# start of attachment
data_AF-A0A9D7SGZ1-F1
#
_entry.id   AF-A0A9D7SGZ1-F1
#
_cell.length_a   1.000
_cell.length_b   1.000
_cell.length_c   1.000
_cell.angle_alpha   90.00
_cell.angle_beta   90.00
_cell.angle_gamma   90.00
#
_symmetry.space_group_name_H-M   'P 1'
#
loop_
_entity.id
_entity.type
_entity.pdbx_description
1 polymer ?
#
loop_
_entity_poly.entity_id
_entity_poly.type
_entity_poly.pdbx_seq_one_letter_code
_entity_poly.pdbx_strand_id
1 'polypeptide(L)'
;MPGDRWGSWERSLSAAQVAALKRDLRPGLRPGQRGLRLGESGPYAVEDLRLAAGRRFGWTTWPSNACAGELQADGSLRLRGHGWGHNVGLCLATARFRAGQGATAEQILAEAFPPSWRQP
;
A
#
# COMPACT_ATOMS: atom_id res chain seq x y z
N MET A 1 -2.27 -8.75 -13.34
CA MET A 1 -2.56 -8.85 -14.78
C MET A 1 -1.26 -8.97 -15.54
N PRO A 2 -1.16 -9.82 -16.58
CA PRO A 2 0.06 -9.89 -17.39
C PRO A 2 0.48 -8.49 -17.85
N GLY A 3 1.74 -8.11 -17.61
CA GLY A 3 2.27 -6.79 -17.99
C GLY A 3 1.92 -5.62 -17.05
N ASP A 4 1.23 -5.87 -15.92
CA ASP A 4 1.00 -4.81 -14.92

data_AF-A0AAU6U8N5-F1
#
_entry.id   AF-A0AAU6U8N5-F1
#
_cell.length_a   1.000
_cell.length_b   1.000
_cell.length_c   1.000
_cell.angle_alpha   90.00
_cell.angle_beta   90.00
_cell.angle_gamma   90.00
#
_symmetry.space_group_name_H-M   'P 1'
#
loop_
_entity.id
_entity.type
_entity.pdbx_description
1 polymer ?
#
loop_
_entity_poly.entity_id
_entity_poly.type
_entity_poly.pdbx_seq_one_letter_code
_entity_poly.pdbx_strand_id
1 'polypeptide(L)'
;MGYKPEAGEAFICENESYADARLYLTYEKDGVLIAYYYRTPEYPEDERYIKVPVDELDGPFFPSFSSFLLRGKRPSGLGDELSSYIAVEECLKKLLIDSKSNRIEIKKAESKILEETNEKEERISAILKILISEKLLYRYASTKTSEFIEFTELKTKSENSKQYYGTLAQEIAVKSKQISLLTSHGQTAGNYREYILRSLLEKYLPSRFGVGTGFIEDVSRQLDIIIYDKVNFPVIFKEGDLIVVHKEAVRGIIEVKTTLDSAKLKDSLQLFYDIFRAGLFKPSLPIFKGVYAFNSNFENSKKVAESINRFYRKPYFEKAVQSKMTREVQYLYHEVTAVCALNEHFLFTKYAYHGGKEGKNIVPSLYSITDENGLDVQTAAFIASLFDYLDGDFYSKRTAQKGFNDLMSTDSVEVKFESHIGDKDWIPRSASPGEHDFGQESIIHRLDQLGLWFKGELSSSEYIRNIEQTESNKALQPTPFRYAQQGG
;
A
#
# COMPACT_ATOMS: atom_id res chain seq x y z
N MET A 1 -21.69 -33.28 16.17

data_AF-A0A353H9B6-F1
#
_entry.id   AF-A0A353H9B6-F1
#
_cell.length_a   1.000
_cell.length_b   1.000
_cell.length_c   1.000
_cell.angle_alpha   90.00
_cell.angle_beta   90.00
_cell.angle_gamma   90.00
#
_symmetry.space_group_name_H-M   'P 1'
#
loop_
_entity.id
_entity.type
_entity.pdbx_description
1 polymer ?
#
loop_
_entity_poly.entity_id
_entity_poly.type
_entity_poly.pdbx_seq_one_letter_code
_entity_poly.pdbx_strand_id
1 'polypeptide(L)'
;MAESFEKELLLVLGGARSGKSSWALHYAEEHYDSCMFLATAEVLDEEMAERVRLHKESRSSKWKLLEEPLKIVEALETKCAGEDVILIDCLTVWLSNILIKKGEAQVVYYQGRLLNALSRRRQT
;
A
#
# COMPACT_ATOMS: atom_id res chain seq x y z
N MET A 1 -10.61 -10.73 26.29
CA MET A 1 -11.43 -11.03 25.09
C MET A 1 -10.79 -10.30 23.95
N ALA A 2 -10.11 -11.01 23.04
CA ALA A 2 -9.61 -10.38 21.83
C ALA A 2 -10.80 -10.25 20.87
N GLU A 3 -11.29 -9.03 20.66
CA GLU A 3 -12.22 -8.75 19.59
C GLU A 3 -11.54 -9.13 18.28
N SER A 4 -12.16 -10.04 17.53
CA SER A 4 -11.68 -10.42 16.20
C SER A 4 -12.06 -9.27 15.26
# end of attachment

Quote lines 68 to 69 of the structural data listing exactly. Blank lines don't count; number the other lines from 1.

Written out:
;
A